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Tuesday, December 24, 2013
Recap: No. 10 St. John's (S) 63, Fitchburg 51

By Chris Bradley

FITCHBURG, Mass. –- St. John’s coach Bob Foley has no problem admitting it. The inside toughness was lacking in the Pioneers’ loss to Leominster last week, especially with Co-captain Charlie Murray out of the lineup.

But the opposite was true on Monday night’s showdown with rival Fitchburg. Behind a spirited post attack led by Alex Fisher (16 points, 9 rebounds), Drew Vittum (8 points, 12 rebounds), and Murray (8 points, 8 rebounds), the Pioneers (2-1) knocked off the Red Raiders (3-1) on their home floor at Doug Grutchfield Fieldhouse, 63-51.

"I was just so happy with this game, Fitchburg’s got a heck of a club and [Fitchburg coach] Jack Scott’s doing a great job with them," Foley said. "They’ve got a very, very good team. To come out of the gates, get our lead...in their gym you kind of wait for them to make their run, and every time they started to make a run our kids responded."

With two practices in the days following the Leominster loss, St. John’s made a concerted effort in those two practices to get the ball into the paint more often offensively, as well as ease the transition from football to basketball for point guard Davon Jones (8 points, 5 steals) and forward T.J. Kelley (12 points) -- both of whom were integral members of the Pioneers’ MIAA Division 2 State Finalist football squad.

“They seemed like they were ready to go tonight. They let us make runs to get it to nine, 11, and then they’d make a couple plays to stretch it out to 12 or 14 -- and that’s the sign of a good team,” Scott said. "They’re playing like we want to be playing in February, they’re playing like that right now -- at least they did tonight."

Fitchburg was led in scoring by junior guard Anthony Salome, who nailed four 3-pointers on his way to 16 points. The Red Raiders’ usual go-to scorer, Mick Snowden, was contained to just three points -- an outside jumper that came midway through the first quarter.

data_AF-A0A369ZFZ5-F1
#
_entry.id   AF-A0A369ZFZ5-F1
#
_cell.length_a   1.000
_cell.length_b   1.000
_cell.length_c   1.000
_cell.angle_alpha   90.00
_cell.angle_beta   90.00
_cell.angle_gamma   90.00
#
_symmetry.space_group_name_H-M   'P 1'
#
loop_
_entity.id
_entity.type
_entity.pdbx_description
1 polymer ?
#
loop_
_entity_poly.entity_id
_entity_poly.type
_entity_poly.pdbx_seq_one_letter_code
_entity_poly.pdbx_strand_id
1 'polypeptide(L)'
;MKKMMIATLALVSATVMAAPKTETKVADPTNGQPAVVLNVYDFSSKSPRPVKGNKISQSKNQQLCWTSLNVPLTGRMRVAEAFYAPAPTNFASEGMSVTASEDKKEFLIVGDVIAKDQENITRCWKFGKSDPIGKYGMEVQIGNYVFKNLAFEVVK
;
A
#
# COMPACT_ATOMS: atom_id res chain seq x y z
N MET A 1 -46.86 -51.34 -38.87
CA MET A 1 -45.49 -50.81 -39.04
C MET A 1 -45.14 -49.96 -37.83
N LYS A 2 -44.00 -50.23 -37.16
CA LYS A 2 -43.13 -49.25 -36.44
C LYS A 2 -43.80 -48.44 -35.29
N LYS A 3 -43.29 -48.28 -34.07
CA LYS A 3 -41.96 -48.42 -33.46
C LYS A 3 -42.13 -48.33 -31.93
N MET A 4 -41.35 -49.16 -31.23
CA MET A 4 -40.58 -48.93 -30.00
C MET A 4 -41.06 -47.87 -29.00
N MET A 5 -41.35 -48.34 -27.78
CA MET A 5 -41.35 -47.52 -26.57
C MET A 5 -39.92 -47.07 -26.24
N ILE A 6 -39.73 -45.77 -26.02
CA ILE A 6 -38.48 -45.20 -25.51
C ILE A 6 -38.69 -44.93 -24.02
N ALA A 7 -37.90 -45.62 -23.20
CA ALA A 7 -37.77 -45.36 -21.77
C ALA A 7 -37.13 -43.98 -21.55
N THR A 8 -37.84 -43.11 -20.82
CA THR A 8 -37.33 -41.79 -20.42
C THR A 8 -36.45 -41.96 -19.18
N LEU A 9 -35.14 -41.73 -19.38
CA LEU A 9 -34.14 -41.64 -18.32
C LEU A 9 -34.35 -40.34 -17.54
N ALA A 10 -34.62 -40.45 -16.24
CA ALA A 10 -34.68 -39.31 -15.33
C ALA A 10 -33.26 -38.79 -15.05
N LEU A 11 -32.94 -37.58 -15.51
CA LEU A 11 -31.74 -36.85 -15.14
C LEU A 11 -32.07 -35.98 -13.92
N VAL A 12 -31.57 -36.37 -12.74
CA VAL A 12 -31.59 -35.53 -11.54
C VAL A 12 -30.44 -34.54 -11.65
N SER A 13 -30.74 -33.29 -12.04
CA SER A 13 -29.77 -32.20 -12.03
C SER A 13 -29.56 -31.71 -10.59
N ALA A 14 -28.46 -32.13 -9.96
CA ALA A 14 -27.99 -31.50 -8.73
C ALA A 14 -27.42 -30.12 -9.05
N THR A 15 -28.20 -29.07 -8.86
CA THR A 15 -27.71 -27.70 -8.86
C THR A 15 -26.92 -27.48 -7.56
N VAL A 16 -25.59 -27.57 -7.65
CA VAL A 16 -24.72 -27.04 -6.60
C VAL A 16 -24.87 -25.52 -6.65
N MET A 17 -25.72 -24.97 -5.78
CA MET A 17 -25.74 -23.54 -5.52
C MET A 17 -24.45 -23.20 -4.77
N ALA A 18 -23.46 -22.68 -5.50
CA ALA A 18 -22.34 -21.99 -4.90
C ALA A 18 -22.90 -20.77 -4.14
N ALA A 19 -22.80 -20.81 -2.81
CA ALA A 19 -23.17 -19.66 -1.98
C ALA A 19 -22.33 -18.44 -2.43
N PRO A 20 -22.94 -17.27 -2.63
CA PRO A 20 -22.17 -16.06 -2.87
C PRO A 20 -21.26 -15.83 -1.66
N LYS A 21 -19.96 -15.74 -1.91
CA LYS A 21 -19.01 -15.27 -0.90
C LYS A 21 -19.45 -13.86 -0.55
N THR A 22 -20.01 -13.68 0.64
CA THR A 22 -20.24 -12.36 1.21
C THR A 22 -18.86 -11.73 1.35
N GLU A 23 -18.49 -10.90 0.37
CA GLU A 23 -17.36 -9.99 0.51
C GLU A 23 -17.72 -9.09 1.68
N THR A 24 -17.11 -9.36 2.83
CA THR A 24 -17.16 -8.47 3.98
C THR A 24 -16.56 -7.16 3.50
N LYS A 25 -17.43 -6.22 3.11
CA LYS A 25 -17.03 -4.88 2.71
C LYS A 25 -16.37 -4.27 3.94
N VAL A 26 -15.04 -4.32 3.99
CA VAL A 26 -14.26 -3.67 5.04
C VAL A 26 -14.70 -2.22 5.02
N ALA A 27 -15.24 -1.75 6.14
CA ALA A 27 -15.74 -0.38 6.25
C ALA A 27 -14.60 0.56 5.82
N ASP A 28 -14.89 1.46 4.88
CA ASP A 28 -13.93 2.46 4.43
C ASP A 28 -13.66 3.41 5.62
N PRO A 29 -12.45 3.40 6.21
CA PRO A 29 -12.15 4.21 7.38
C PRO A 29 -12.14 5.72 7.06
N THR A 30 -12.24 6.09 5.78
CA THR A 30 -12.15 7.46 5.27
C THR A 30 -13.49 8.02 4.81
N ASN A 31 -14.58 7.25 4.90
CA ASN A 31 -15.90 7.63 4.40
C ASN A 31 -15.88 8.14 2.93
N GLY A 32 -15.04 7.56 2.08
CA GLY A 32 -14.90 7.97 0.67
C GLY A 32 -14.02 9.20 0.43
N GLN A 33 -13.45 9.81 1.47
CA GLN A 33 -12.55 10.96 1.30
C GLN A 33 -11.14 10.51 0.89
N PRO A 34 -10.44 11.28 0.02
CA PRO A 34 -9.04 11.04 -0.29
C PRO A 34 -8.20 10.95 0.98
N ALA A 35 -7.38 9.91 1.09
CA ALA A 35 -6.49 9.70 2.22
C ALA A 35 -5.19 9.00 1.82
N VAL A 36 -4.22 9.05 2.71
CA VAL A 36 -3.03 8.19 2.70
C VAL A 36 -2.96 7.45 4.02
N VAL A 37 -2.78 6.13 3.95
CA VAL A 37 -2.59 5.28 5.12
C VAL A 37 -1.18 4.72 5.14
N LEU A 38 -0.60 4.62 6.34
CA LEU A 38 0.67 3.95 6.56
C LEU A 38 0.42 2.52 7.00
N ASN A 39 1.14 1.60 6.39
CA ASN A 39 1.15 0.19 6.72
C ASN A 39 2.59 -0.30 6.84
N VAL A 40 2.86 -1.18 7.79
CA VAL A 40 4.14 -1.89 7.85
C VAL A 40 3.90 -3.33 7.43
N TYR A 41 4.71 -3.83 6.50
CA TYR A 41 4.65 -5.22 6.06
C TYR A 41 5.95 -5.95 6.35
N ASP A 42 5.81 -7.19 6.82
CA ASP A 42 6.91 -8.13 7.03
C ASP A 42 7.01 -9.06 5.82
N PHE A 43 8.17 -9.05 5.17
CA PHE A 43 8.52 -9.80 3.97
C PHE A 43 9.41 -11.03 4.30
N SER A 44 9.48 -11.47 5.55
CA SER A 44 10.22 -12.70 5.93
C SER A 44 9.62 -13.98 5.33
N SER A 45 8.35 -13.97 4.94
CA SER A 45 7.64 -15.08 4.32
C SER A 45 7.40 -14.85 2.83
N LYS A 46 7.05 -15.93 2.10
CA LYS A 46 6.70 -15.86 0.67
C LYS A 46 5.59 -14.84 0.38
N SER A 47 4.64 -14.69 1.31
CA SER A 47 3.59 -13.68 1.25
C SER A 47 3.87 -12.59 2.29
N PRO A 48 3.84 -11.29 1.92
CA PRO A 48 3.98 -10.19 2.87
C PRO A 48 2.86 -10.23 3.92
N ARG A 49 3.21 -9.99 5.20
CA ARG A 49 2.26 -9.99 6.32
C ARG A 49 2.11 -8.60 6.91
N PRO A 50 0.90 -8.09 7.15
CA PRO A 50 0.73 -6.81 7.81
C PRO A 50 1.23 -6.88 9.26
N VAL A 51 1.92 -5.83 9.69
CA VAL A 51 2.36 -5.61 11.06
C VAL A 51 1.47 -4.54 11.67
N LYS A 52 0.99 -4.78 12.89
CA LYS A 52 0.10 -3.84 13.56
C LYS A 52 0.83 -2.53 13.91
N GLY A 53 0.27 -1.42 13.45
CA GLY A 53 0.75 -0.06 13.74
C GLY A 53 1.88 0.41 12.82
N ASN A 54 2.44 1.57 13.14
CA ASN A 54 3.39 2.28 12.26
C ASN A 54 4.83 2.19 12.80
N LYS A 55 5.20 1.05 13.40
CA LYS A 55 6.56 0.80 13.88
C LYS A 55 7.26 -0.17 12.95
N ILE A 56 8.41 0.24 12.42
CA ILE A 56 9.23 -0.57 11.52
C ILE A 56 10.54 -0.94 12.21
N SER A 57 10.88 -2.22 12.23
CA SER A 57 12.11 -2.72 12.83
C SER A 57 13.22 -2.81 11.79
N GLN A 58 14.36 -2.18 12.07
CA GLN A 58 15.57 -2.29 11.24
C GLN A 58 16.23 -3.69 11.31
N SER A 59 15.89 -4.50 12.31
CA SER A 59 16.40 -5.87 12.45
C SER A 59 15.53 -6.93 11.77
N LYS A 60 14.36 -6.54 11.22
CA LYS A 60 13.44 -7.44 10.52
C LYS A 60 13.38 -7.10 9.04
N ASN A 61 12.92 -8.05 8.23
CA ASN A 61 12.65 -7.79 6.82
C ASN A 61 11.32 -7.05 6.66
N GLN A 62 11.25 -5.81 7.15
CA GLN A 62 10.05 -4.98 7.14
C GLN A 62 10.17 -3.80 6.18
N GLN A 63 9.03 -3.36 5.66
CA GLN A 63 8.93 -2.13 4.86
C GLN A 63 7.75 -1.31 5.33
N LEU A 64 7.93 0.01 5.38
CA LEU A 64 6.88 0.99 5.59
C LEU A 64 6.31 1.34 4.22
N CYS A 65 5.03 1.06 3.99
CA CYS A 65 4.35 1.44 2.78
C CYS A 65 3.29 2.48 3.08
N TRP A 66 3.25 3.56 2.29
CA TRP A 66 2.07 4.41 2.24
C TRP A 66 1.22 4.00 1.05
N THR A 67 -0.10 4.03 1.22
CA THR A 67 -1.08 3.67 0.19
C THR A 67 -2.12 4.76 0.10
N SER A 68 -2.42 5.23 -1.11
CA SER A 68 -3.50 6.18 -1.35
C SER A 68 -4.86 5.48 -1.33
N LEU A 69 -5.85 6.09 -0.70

Murray, Jones the backbone for Pioneers: Jones and Murray may not have led the Pioneers in scoring against Fitchburg, but Foley came away most impressed by the play of the duo whom he considers to be the Pioneers’ leaders. Playing with a wrist that was heavily taped up didn’t stop Murray from making hustle plays -- whether that was pulling down offensive rebounds, or nearly tackling the players on the Pioneers’ bench in pursuit of a loose ball.

"He’s our co-captain, he’s a pretty tough kid under there -- a real competitor. He’s a leader, he’s encouraging all the other players. We still don’t play that many seniors, he’s always encouraging the other kids, he mixes it up under the boards, he’s always on the floor rolling around," Foley said. "The big thing there is that the other kids on our team see that…it makes them raise their level of toughness a little bit."

Jones has built a reputation for making plays all over the football field the last two years, but it was his playmaking ability on the hardwood that gave Scott and the Red Raiders headaches all night.

Scott called a timeout in the third quarter for the sole reason of strategizing how to keep Jones out of the paint, as the point guard was penetrating the Red Raiders’ defense at will, giving the Pioneers’ bigs plenty of open looks inside. Jones proceeded to, again, get into the paint on Fitchburg and set up three of the Pioneers’ next five baskets following the timeout.

"We were consciously trying to prevent that, and yet he still managed to weave his way into the lane," Scott said.

Foley had major praise for his point guard.

"Davon is ultimate quickness," Foley said. "It’s not very often you have a kid with that speed, but he’s not only fast, he’s a strong kid out there. He’s our leader out on the court, and Charlie is our emotional leader overall."

SJ owns the glass
The major difference in the game was the rebounding margin, which St. John’s won 37-18. Boasting the aforementioned front line, Foley came away satisfied with the Pioneers’ effort on the glass—particularly on the defensive end.

"I thought the defensive glass in the second half was the key to the game," Foley said. "On the offensive game we got a lot of shots, unfortunately we should have put more of them in, but pounding away out there in that last six or seven minutes they got one offensive rebound."

Scott agreed, mentioning that the box out will certainly need to be a point of emphasis in practice for Fitchburg for the foreseeable future.

“It was just a dominant performance on the offensive glass," he said. "We didn’t do a good job of rotating on the swings around the perimeter and get in good position to get a weak side rebound here and there. It was a combination of us failing to do what we wanted to do on the defensive end and them capitalizing on it."